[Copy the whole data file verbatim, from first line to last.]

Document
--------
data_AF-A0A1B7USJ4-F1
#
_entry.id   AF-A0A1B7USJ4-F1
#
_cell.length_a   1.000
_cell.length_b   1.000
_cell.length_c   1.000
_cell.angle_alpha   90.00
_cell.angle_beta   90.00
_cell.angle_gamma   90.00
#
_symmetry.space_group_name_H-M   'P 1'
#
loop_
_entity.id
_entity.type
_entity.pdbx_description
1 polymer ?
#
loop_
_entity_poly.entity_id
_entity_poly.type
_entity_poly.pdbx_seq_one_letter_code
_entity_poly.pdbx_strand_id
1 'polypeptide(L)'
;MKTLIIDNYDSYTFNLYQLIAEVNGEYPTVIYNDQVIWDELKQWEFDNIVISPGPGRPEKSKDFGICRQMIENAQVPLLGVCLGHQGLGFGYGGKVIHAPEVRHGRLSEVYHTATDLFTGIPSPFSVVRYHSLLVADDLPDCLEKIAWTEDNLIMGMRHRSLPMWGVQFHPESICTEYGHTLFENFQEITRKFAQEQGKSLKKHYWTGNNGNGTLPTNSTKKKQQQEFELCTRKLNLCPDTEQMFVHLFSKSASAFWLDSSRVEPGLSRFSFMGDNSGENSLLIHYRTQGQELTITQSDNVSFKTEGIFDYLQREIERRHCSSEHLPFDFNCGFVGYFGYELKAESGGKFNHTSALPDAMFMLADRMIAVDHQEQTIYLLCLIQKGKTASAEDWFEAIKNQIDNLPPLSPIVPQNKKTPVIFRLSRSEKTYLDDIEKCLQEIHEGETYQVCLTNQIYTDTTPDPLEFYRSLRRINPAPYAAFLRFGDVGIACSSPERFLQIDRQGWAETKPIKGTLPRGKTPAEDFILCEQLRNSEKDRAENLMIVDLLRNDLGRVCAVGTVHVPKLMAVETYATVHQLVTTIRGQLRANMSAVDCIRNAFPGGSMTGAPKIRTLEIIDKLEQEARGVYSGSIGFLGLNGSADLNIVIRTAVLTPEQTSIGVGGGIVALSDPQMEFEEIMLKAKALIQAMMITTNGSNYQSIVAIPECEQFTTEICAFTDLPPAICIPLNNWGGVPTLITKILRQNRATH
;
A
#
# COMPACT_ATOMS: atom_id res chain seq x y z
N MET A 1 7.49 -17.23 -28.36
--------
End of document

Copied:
data_AF-A0A1B7USJ4-F1
#
_entry.id   AF-A0A1B7USJ4-F1
#
_cell.length_a   1.000
_cell.length_b   1.000
_cell.length_c   1.000
_cell.angle_alpha   90.00
_cell.angle_beta   90.00
_cell.angle_gamma   90.00
#
_symmetry.space_group_name_H-M   'P 1'
#
loop_
_entity.id
_entity.type
_entity.pdbx_description
1 polymer ?
#
loop_
_entity_poly.entity_id
_entity_poly.type
_entity_poly.pdbx_seq_one_letter_code
_entity_poly.pdbx_strand_id
1 'polypeptide(L)'
;MKTLIIDNYDSYTFNLYQLIAEVNGEYPTVIYNDQVIWDELKQWEFDNIVISPGPGRPEKSKDFGICRQMIENAQVPLLGVCLGHQGLGFGYGGKVIHAPEVRHGRLSEVYHTATDLFTGIPSPFSVVRYHSLLVADDLPDCLEKIAWTEDNLIMGMRHRSLPMWGVQFHPESICTEYGHTLFENFQEITRKFAQEQGKSLKKHYWTGNNGNGTLPTNSTKKKQQQEFELCTRKLNLCPDTEQMFVHLFSKSASAFWLDSSRVEPGLSRFSFMGDNSGENSLLIHYRTQGQELTITQSDNVSFKTEGIFDYLQREIERRHCSSEHLPFDFNCGFVGYFGYELKAESGGKFNHTSALPDAMFMLADRMIAVDHQEQTIYLLCLIQKGKTASAEDWFEAIKNQIDNLPPLSPIVPQNKKTPVIFRLSRSEKTYLDDIEKCLQEIHEGETYQVCLTNQIYTDTTPDPLEFYRSLRRINPAPYAAFLRFGDVGIACSSPERFLQIDRQGWAETKPIKGTLPRGKTPAEDFILCEQLRNSEKDRAENLMIVDLLRNDLGRVCAVGTVHVPKLMAVETYATVHQLVTTIRGQLRANMSAVDCIRNAFPGGSMTGAPKIRTLEIIDKLEQEARGVYSGSIGFLGLNGSADLNIVIRTAVLTPEQTSIGVGGGIVALSDPQMEFEEIMLKAKALIQAMMITTNGSNYQSIVAIPECEQFTTEICAFTDLPPAICIPLNNWGGVPTLITKILRQNRATH
;
A
#
# COMPACT_ATOMS: atom_id res chain seq x y z
N MET A 1 7.49 -17.23 -28.36